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Re: yes: rearrange code to prevent gcc10 warning

From: Pádraig Brady
Subject: Re: yes: rearrange code to prevent gcc10 warning
Date: Thu, 30 Jan 2020 13:05:07 +0000
User-agent: Mozilla/5.0 (X11; Linux x86_64; rv:72.0) Gecko/20100101 Thunderbird/72.0

On 30/01/2020 07:27, Christophe Meyering wrote:

Using GCC10 on Fedora 31, I built coreutils from a git clone of the latest
After running
$./bootstrap && ./configure && make
I got a few deprecation warnings for sys/sysctl.h which I skipped over, and
found an interesting error while building src/yes.o:
   CC       src/yes.o
src/yes.c: In function 'main':
src/yes.c:110:20: error: writing 1 byte into a region of size 0
   110 |   buf[bufused - 1] = '\n';
       |   ~~~~~~~~~~~~~~~~~^~~~~~
src/yes.c:100:51: note: at offset -1 to an object with size 8192 allocated
by 'xmalloc' here
   100 |   char *buf = reuse_operand_strings ? *operands : xmalloc
       |                                                   ^~~~~~~~~~~~~~~~~~

The compiler didn't deduce that the for loop will always iterate at least
once, therefore my first thought was to assert(operands < operand_lim)
before the start of the for loop on line 102.
I 'heard' :) about assure and decided to use that instead, before realizing
that I could make it obvious that the loop would run at least once by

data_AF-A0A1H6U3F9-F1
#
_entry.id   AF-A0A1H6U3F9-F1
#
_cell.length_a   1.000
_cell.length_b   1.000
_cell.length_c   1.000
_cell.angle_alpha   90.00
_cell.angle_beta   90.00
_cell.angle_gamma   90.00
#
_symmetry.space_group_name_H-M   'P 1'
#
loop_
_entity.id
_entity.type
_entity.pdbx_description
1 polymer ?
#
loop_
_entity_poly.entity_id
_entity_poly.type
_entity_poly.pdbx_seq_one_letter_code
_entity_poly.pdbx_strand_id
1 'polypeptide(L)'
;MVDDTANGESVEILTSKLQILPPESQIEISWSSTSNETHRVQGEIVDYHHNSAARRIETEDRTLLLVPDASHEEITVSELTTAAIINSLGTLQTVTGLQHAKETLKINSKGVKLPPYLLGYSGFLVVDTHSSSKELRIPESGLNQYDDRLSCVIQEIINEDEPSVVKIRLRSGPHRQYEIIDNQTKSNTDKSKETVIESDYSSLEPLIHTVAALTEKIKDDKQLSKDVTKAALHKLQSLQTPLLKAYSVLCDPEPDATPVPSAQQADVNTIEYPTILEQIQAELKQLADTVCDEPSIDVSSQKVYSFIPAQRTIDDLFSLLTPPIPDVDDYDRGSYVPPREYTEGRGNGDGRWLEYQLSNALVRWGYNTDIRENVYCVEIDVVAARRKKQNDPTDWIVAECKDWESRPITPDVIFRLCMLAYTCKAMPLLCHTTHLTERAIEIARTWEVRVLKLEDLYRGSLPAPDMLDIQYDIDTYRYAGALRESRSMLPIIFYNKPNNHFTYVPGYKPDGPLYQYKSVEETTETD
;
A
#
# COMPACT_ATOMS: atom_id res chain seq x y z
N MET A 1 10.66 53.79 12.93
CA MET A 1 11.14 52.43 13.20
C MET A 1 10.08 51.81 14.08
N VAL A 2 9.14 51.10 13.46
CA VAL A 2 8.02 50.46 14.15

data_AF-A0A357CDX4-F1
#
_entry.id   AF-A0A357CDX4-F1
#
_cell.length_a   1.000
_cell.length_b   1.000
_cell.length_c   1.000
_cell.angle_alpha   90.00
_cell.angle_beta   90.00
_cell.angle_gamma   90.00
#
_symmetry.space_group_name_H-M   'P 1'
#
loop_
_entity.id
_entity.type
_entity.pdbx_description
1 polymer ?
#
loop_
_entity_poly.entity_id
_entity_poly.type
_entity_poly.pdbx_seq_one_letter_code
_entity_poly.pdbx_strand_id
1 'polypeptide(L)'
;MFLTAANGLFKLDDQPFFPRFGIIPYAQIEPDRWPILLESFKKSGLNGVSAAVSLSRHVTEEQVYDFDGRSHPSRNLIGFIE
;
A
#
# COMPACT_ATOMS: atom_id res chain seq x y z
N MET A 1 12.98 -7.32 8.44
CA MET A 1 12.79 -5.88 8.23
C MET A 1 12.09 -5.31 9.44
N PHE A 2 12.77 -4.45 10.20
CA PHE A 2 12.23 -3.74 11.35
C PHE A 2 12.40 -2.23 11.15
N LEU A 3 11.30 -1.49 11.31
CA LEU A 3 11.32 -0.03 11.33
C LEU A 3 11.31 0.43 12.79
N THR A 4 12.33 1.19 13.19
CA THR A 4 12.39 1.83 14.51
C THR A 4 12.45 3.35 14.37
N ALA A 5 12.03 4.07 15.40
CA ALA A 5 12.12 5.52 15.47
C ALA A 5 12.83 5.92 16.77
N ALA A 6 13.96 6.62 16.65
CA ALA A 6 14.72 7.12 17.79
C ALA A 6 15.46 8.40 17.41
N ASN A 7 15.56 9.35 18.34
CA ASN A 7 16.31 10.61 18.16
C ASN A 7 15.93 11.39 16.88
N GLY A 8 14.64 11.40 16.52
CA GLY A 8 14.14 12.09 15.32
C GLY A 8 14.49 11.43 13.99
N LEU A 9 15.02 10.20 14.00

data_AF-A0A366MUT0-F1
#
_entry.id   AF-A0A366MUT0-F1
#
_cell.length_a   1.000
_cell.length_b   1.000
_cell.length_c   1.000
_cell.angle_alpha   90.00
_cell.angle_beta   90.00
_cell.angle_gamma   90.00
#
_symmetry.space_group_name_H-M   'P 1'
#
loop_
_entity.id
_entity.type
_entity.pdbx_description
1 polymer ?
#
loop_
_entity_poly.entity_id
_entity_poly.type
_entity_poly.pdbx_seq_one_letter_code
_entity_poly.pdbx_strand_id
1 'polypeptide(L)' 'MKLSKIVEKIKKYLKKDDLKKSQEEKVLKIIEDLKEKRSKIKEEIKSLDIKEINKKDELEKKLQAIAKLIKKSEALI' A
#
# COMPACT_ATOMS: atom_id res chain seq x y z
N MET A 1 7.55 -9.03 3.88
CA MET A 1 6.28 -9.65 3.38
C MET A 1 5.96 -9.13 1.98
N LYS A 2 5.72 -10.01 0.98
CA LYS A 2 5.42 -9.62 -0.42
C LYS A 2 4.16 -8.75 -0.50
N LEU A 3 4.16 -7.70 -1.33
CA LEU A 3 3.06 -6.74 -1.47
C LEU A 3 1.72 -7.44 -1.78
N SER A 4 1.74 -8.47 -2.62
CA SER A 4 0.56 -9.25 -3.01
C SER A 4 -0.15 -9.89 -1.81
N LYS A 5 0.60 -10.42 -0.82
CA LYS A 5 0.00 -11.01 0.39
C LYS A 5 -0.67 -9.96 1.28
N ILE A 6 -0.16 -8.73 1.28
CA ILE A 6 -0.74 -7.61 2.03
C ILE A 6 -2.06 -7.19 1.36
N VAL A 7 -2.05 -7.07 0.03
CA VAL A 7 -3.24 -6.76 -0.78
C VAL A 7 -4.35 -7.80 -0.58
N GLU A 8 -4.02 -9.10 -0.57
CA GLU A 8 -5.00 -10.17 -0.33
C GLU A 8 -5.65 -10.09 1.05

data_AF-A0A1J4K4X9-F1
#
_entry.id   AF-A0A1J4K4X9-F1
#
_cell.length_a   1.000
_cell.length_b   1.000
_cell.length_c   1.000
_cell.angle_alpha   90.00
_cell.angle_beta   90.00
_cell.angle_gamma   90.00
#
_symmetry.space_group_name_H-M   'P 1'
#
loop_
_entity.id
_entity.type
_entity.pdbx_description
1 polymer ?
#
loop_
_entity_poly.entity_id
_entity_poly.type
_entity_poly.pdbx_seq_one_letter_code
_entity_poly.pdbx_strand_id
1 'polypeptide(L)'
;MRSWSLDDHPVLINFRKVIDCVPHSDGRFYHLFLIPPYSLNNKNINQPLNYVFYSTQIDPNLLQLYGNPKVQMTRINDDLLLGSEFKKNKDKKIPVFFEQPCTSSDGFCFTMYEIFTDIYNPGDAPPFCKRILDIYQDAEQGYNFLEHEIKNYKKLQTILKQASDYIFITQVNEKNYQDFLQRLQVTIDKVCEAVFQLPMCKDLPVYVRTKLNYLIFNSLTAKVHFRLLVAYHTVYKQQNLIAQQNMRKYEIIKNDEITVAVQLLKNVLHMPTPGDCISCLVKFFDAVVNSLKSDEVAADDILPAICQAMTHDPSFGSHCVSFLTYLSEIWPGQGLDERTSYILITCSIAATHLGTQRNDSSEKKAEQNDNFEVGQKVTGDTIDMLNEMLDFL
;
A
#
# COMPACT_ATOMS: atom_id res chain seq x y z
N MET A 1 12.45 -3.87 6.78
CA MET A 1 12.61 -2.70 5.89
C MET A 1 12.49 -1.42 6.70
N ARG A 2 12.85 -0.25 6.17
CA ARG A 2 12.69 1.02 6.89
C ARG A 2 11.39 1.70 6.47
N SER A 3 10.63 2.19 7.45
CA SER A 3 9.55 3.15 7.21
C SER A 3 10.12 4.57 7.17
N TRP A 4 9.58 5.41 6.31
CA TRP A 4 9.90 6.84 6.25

converting the for loop into a do-while loop.
This avoided the warning. I also made sure the tests still pass on F31.

Chris Meyering

Very nice.
Yes it's best to avoid warnings with standard language constructs where 
You've changed the loop structure from
"check", "run", "inc" to "run", "inc", "check",
which looks perfect.

I wonder would it be better to use the same construct in both loops.
Is it OK if I roll the following into your patch?


diff --git a/src/yes.c b/src/yes.c
index 335a23b..c357555 100644
--- a/src/yes.c
+++ b/src/yes.c
@@ -79,7 +79,8 @@ main (int argc, char **argv)
      large overhead of stdio buffering each item.  */
   size_t bufalloc = 0;
   bool reuse_operand_strings = true;
-  for (char **operandp = operands; operandp < operand_lim; operandp++)
+  char **operandp = operands;
+  do
       size_t operand_len = strlen (*operandp);
       bufalloc += operand_len + 1;
@@ -87,6 +88,7 @@ main (int argc, char **argv)
           && *operandp + operand_len + 1 != operandp[1])
         reuse_operand_strings = false;
+  while (++operandp < operand_lim);

   /* Improve performance by using a buffer size greater than BUFSIZ / 2.  */
   if (bufalloc <= BUFSIZ / 2)
@@ -99,7 +101,7 @@ main (int argc, char **argv)
      the operands strings; this wins when the buffer would be large.  */
   char *buf = reuse_operand_strings ? *operands : xmalloc (bufalloc);
   size_t bufused = 0;
-  char **operandp = operands;
+  operandp = operands;
       size_t operand_len = strlen (*operandp);

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